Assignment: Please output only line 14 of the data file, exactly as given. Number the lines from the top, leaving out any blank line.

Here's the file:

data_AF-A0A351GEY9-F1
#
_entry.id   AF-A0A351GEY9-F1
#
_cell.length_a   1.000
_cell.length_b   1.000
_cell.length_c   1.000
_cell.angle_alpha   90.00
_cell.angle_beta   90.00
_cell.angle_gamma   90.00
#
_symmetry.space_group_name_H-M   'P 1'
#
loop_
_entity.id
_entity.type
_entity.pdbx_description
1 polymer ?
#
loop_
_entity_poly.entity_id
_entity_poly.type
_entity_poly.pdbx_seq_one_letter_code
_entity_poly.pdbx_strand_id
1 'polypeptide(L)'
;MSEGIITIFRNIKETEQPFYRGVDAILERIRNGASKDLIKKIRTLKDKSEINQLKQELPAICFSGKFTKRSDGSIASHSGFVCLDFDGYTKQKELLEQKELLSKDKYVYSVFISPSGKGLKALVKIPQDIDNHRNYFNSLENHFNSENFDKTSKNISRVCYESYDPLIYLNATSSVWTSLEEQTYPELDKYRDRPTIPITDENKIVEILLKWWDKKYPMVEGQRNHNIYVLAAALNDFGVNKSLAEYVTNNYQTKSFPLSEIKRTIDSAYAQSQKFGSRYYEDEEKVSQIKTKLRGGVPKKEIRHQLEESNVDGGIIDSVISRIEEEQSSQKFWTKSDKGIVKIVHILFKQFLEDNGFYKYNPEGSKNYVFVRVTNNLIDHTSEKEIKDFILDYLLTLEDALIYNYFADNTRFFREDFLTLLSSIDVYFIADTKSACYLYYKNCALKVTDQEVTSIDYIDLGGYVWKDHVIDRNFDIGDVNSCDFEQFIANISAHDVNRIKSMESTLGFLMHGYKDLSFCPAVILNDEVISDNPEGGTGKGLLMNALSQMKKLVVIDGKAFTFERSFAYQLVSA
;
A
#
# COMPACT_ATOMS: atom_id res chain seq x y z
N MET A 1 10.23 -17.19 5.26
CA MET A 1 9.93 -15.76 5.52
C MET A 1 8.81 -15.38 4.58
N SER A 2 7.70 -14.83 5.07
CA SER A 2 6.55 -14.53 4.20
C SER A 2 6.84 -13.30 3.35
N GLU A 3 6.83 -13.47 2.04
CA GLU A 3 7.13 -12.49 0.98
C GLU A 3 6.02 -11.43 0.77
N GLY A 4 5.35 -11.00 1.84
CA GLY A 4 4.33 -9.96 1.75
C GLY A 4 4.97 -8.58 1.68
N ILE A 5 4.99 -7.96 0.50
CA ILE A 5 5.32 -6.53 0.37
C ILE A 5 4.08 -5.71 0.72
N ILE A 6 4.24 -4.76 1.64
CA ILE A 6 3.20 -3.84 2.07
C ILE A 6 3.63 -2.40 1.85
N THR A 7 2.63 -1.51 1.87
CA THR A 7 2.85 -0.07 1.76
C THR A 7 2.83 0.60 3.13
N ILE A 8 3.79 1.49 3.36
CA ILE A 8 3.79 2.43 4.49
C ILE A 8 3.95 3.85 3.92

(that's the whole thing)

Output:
loop_